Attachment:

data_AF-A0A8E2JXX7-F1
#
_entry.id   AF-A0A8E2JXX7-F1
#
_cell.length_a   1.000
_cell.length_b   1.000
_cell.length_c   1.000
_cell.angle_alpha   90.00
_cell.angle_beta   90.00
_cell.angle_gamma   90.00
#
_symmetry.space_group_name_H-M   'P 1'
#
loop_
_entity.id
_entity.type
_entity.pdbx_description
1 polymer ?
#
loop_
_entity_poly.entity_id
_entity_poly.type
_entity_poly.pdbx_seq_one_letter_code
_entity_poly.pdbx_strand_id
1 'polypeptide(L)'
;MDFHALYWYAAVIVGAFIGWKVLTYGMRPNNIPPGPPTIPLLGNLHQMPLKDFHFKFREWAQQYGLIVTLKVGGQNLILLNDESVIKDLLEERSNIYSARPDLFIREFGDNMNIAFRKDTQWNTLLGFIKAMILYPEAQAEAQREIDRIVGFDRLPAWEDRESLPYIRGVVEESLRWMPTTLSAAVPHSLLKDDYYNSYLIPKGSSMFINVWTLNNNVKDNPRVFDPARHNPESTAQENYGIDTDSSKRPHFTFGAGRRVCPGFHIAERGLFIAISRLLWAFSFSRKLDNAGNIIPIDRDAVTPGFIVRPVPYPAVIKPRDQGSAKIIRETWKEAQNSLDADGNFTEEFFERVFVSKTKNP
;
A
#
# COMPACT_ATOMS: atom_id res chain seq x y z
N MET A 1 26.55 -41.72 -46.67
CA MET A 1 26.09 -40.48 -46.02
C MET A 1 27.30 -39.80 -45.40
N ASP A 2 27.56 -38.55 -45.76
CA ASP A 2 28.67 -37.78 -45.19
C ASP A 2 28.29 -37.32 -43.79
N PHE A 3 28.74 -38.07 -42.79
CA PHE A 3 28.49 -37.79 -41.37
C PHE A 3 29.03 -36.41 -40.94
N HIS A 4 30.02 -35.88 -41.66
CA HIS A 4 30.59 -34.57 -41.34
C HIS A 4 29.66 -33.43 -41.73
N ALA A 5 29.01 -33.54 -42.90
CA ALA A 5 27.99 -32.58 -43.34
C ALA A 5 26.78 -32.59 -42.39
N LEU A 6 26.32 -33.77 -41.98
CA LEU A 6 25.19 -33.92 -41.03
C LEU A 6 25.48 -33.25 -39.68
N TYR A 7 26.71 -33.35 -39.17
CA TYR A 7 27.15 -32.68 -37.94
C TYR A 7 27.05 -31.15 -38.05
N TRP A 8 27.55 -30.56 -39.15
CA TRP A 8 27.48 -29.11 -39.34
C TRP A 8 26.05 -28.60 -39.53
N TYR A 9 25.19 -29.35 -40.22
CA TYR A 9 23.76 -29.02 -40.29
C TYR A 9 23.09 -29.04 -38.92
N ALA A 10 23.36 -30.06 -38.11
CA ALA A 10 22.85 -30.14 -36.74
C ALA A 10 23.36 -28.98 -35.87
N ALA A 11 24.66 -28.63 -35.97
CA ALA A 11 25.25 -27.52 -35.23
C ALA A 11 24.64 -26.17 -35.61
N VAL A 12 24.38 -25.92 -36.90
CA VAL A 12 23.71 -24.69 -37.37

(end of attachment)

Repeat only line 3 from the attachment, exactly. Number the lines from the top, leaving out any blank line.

_entry.id   AF-A0A8E2JXX7-F1